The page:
Damage, loss or theft of your luggage

If you had to replace the contents of your suitcase, the cost would quickly add up once you factor in your tech, jewellery, toiletries and clothes. Make sure your policy has enough baggage cover to reimburse you if you need to replace it all.

Coronavirus cover

When you get a travel insurance quote with us, it’s easy to compare levels of COVID-19 cover. Just use the ‘more details’ option on the quote results page. 

Top tip

Most of us are pretty rubbish at accurately assessing the value of our possessions for the sake of insurance. So, when it comes to totting how much it would cost to replace your stuff if it was lost, damaged or stolen, go through everything you expect take away with you, category by category, adding up as you go along. Tech, clothes, accessories, that kind of thing. Then you know you’re about right if anything comes a cropper.

What won’t my French travel insurance cover? 

There are a few things to watch out for that your travel insurance probably won’t cover, including: 

  • Pre-existing medical conditions that you haven’t told your insurance provider about. You’ll need to declare any pre-existing conditions, and the provider will decide whether to offer you cover and on what basis. Don’t be economical with the truth to lower the price though - it isn’t worth it.
  • Natural disasters - You’d have to be pretty unlucky to experience an event like an earthquake during your trip to France, but climate change means other events like flooding and wildfires are happening with increasing frequency. They’re still very unusual, and it’s even less likely that you’d get caught up in one. Depending on your level of cover, you may not be covered against natural disasters.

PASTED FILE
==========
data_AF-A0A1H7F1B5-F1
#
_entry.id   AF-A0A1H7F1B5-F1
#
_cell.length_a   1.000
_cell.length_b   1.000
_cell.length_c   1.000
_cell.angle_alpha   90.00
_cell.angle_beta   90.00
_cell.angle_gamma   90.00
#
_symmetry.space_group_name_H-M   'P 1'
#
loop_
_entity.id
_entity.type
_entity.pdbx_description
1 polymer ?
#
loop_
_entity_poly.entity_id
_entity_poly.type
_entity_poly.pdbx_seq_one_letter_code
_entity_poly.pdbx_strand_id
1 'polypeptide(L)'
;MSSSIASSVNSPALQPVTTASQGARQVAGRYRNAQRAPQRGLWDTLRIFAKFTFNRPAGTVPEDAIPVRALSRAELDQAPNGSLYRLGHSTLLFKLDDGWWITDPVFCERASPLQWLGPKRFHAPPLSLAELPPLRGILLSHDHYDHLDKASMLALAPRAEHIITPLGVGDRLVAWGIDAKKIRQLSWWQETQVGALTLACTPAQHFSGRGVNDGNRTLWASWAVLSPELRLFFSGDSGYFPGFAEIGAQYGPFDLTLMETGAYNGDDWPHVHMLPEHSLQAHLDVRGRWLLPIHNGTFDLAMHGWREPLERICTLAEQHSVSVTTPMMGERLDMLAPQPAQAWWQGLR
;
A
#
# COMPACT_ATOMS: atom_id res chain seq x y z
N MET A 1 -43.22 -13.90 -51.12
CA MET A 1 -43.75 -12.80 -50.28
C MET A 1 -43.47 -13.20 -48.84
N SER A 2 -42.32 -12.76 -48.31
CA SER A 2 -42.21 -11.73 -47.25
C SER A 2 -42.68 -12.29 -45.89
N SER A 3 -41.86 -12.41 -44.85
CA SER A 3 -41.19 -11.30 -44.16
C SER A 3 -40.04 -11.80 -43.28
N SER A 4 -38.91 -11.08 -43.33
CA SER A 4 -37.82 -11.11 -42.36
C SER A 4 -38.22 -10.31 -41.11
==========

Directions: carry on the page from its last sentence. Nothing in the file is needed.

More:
• Terrorism - France has been the focus of terrorist attacks in the past, though again, these are rare events. Take a look at our information on terrorism and travel insurance to find out more.
  • Drugs or alcohol - If something happens and you’re found to be under the influence of drugs or excessive amounts of alcohol, it’s unlikely that your policy will cover you.

What else should I consider when I choose my travel insurance? 

Think about how you’re planning to spend your trip. Depending on what you’re doing, you may need to add extra cover for: 

Winter sports

If you’re set to join thousands of other Brits hitting the Alps for a spot of skiing or snowboarding during your trip, be aware that most insurance companies consider these sports high-risk activities. A standard travel insurance policy won’t usually cover them, so you’ll have to bolt on an extra layer of protection in the form of winter sports cover.

Extreme sports

What about a bit of bungee jumping or rock climbing while you’re in France? Sounds fun. Just make sure you have additional cover for extreme sport insurance.

Water sports

Then there are the sea-level activities. If you’d like to try surfing or paddle-boarding while you’re in France, you should check the policy wording and find out if it's included as standard. If not, you'll need to add water sports cover to your travel insurance policy.

Do I need a visa for France?

If you’re a British citizen, you can stay in France without a visa for up to three months. If you’re there for any longer, you’ll need to apply for a visa at the French Embassy. 

Don’t forget to check that your passport has at least three months to run after the date you intend to leave France. 

More details about the entry requirements for France can be found on the GOV.UK website, including rules on COVID-19 vaccines and testing.